Leaf puree…

Leaf puree…

One thing leads to another and that’s why I have no time (or let’s call it the desire ) to dig up the last potatoes in the autumn. And then it froze and then it was something else and now it is already April. Because April is basically equivalent to ‘just about everything must get sowed’, they really had to be dug out. Despite the neglect, they actually looked great. There were shoots here and there, but they all felt very firm. And that is how we eat potatoes from our own garden already in April. And they still taste delicious; what a difference with the tasteless ones from the shop. I think this difference is even more noticeable when you make mash potatoes; when we otherwise bury our potatoes with a good sauce, or sprinkle them with a lot of herbs and a lot of salt, it is all about the potato when it comes to mash.

And what comes with that? Choice enough in the greenhouse; it is full of young up-and-coming talent, beets, turnips, cauliflowers, carrots, but above all, many leaves, which are not only delicious to make a salad with, but also to mix with the puree. You don’t even have to stew the leaves, just chop and stir into the hot puree. Extremely delicious. And then add a poached egg, laid the same day. One does not need any more than that.

As a rule, our puree gets with a large blob of butter, a good measure of full-cream milk and an egg yolk (or two). I leave that egg yolk out here; when you cut the egg open, the egg yolk will automatically run into the puree.

Required per person:
– A good handful of leaves, eventually supplemented with herbs: mustard leaf, turnip, rocket, radish leaves, winter purslane, lamb’s lettuce, spinach, chervil…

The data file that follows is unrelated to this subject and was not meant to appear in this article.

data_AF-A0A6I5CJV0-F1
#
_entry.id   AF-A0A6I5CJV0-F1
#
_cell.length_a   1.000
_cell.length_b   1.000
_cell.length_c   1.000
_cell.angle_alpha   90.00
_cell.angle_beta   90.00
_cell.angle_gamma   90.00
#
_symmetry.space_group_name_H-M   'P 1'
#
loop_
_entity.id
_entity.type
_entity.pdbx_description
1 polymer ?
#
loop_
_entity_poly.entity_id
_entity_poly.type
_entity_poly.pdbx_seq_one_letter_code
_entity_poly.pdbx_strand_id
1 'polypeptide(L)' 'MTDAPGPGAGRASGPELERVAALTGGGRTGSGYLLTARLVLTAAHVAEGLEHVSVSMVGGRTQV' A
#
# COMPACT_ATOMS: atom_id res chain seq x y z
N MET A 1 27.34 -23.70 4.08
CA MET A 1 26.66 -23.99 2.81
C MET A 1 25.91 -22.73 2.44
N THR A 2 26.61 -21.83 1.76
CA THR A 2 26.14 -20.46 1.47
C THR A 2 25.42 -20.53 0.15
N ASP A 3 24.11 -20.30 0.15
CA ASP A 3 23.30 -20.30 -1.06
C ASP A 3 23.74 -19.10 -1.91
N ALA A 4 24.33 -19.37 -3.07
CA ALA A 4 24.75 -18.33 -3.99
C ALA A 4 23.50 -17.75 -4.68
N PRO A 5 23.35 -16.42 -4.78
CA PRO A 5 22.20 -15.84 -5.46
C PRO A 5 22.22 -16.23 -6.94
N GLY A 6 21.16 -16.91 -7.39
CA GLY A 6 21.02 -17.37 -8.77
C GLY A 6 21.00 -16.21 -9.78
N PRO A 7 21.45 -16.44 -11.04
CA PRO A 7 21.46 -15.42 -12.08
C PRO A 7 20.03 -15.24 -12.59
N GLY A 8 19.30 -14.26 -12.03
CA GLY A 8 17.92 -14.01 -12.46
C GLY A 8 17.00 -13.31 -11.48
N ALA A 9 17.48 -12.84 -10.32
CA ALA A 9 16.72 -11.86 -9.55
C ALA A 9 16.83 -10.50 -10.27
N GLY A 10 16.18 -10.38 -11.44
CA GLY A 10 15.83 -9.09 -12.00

– Three big puree potatoes
– Eggs at room temperature, as fresh as possible
– Real butter
– Full-cream milk
– Nutmeg
– Salt and pepper

1. Peel and boil the potatoes in salted water.
2. Wash the leaves, spin them dry and chop them roughly.
3. Bring water to the boil in a high pot.
4. Break an egg into two cups or bowls, and set aside.
5. Drain the potatoes as soon as they are cooked, then add a large (really large) blob of butter and a good amount of milk. Mash everything with a puree masher, season with nutmeg, pepper and salt and mix in the raw leaves, they will shrink quickly. Put the lid on the pot and set aside.
6. Use the handle of a wooden spoon to make a whirlpool in the boiling water, pour an egg into it from a cup, wait a few seconds and then slide the second one into it. Set a timer to three minutes and scoop the leaf puree on a plate in the meantime.
7. When the timer stops, remove the eggs from the water, drain briefly and then place them on top of the puree. Repeat steps 6-7 for as long as there are people or the eggs last.

Written by Madame ZsaZsa

Mme Zsazsa has been writing - always with vegetables in the lead - about blogs, books and columns for newspapers and magazines for about 15 years. But much more so than sitting indoors, she gets her hands dirty in the vegetable garden and greenhouse during the day, while she muses about the food that comes out at night.
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